An <a href=http://www.scribd.com/doc/15078953/Cyber-Threat-Posed-by-North-Korea-and-China-to-South-Korea-and-US-Forces-Korea>internal paper</a> published in May by an intelligence analyst at U.S. Forces Korea said North Korean hackers penetrated U.S. military networks and Web sites with greater frequency than any other country in the world, <a href=http://whatsbrewin.nextgov.com/2009/06/chinas_128_cyberattacks_a_minu.php>including China</a>.
News reports pin the recent spate of cyberattacks against government Web sites in South Korea and the United States on North Korea.
And an internal paper published in May by an intelligence analyst at U.S. Forces Korea said North Korean hackers penetrated U.S. military networks and Web sites with greater frequency than any other country in the world, including China.
The paper, written by Army Maj. Steve Sin, a senior analyst at the Open Source Intelligence Branch of the Directorate of Intelligence at U.S. Forces Korea, said North Korea operates two cyber warfare units: the State Security Agency's electronic communications monitoring and computer hacking outfit, and Unit 121, which is part of the Reconnaissance Bureau. The bureau's staff works directly for the General Staff Department of the Ministry of People's Armed Forces.
Unit 121's staff of about 100, Sin said, has the capability to launch "moderately advanced" Distributed Denial of Service attacks, the kind that took down South Korean and U.S. government Web sites this week. The attacks this week, though, sure give a new meaning to the word moderate. Unit 121 also has moderate ability to infect target computers with viruses and malicious code, Sin added.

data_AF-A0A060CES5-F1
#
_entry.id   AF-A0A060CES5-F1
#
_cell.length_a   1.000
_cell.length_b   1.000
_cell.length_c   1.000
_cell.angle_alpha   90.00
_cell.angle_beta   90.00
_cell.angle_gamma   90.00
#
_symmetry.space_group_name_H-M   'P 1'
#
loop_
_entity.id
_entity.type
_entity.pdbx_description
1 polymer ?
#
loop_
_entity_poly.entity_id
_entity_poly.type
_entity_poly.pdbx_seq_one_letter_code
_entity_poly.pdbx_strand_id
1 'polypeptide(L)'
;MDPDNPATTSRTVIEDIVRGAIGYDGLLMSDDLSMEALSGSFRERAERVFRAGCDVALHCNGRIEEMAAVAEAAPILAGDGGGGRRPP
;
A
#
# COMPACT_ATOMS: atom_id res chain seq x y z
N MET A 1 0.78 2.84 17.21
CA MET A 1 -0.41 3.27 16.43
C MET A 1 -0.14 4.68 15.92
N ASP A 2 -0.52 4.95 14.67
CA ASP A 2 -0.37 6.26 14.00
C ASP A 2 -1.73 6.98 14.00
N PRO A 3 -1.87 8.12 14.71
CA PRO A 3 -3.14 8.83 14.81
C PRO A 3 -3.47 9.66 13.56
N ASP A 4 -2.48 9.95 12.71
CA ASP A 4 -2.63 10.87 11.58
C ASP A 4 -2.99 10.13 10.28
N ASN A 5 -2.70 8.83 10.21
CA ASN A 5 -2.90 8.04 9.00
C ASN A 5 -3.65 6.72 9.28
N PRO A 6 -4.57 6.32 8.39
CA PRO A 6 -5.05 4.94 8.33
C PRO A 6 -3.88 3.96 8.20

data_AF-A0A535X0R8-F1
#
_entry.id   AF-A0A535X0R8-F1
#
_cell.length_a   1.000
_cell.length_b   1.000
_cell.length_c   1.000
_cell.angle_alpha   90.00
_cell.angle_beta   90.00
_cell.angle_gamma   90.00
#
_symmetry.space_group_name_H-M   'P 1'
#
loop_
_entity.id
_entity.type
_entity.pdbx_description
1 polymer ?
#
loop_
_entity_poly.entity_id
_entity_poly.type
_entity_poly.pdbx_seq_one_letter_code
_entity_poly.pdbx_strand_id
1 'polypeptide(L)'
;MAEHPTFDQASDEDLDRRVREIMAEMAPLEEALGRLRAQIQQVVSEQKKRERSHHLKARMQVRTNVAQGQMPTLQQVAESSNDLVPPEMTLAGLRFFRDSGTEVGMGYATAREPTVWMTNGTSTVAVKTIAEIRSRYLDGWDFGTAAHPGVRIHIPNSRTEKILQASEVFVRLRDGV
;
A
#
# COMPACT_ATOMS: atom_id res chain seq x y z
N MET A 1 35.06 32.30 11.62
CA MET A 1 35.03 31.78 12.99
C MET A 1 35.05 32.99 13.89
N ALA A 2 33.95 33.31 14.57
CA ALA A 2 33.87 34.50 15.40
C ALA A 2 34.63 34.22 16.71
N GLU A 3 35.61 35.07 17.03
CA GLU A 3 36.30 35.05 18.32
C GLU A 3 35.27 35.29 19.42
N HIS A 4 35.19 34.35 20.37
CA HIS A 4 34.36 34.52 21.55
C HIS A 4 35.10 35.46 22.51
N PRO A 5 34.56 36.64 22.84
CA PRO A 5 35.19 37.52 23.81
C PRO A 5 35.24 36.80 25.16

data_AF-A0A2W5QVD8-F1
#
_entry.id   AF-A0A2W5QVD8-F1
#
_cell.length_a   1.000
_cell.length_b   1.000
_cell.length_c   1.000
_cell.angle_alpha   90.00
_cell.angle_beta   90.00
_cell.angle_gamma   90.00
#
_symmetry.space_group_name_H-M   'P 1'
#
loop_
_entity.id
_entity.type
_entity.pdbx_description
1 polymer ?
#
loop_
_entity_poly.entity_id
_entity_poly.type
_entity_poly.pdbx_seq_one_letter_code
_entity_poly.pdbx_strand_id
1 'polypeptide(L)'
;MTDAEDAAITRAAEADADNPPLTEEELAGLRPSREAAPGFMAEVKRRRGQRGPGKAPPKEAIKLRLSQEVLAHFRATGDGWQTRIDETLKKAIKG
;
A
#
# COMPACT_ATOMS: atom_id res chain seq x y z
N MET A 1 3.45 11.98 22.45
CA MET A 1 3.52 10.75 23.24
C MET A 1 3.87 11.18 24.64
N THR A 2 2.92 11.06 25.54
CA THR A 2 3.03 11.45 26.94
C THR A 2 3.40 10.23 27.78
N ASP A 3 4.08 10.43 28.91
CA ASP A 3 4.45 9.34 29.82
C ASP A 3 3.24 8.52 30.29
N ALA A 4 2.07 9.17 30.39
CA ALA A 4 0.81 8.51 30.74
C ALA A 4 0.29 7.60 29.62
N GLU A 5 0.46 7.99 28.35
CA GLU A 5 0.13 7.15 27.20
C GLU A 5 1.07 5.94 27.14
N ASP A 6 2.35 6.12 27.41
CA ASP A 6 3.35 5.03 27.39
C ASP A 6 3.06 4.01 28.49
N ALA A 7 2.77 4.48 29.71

North Korea has cyber warfare capabilities that could damage the military networks of the U.S. Pacific Command and those located in the continental United States and networks operated by South Korean and U.S forces in South Korea, Sin reported.
Sin traced North Korean activities back to at least 2004, when he said the country "tapped into 33 out of 80 military wireless communications networks used by 14 different ROK [Republic of Korea] units during the Corps level field exercises and the ROK-US combined Ulchi-Focus Lens exercise."
While the cyber warriors at the North Korean State Security agency labor away in the Korean Computer Center in the rather grim capitol of Pyongyang, Sin said at least some of the Unit 121 personnel work in a luxury hotel owned, he said, by the North Korean government in Shenyang, China, about a three-hour drive north from its border with North Korea.
I'm not going to name the hotel here (you can find it in Sin's report), but Web sites for the 160-room, four-star establishment portray it as quite a spiffy place, decorated in a "traditional Chinese theme that is stimulating, while comforting at the same time. The pastel hues and new furnishings are ideal for travelers that want calm surroundings."
Based on what I have read, this does not sound like standard North Korean housing. The Shenyang hotel, which houses the North Korean hackers, also features wireless Internet access, a must for anyone in their line of work, as well as a restaurant that serves Chinese food, the favored grub of hackers worldwide.
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